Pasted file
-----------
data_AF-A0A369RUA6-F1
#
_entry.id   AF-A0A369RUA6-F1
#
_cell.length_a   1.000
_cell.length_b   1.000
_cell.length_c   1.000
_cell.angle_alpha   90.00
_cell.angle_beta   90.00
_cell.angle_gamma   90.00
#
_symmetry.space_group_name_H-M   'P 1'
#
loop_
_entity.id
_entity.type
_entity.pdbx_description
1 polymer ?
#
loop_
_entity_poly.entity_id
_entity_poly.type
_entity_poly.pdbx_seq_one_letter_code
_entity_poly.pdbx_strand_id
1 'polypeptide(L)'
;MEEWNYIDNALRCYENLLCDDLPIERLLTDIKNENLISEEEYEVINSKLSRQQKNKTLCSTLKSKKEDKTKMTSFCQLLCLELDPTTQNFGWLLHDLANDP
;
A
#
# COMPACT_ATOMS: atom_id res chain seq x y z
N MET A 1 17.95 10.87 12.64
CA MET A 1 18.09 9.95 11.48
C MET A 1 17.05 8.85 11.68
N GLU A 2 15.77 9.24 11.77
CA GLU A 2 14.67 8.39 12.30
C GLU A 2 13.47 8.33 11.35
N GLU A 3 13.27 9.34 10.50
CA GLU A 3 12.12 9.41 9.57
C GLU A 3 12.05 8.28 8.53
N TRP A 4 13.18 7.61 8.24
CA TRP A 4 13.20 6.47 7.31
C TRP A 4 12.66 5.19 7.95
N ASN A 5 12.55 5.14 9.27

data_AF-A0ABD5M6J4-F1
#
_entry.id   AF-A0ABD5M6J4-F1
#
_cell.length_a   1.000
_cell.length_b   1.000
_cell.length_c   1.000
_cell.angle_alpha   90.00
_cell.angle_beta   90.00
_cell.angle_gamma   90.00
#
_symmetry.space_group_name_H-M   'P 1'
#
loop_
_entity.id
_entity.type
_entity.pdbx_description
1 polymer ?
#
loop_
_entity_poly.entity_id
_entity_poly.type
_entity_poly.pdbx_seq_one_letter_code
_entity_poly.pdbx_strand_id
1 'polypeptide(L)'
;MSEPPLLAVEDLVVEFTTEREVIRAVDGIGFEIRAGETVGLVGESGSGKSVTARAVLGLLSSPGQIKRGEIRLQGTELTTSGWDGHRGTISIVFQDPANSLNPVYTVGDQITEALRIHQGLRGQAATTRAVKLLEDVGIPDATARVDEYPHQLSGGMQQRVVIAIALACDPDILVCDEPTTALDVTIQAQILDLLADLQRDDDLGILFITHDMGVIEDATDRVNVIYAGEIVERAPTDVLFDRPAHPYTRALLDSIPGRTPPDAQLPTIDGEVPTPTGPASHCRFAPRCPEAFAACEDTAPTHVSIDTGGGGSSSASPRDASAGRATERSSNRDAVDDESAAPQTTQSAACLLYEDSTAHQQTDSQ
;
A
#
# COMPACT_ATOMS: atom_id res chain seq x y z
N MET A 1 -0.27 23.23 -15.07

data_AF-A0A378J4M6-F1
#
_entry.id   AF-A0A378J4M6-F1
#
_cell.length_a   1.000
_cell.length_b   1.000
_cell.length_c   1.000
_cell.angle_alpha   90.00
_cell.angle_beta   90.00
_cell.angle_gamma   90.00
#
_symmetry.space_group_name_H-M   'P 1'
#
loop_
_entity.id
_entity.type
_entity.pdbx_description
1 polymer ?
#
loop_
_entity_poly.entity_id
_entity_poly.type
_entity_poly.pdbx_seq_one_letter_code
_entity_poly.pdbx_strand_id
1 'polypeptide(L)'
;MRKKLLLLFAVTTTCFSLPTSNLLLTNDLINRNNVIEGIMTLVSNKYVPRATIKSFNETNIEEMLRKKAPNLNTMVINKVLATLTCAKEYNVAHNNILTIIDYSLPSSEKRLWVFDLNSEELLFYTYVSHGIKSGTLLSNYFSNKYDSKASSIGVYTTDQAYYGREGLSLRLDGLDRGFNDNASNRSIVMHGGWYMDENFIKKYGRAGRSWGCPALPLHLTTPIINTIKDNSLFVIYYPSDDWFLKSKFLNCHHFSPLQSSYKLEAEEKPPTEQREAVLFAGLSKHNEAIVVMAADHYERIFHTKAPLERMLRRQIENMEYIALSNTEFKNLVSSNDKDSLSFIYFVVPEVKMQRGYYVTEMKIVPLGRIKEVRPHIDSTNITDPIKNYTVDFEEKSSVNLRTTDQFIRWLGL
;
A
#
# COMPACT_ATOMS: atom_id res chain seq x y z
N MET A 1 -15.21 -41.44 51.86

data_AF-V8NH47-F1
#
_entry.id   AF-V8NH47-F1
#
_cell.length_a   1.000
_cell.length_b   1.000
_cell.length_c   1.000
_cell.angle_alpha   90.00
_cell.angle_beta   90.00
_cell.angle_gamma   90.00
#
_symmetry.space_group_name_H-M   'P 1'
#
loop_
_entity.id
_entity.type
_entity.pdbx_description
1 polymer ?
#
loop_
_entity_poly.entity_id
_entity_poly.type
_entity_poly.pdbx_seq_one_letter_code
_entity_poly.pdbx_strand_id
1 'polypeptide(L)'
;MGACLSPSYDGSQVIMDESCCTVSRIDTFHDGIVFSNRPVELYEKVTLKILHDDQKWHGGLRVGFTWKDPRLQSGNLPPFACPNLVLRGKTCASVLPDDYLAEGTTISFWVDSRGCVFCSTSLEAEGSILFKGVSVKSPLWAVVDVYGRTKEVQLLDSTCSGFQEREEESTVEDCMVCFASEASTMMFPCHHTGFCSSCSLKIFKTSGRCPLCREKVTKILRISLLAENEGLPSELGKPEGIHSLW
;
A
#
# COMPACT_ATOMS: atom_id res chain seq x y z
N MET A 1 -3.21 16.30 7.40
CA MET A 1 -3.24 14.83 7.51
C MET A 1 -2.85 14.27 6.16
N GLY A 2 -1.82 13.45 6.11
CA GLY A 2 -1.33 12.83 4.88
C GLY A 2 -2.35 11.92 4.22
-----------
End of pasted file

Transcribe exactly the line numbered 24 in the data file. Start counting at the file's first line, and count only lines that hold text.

_entity_poly.pdbx_strand_id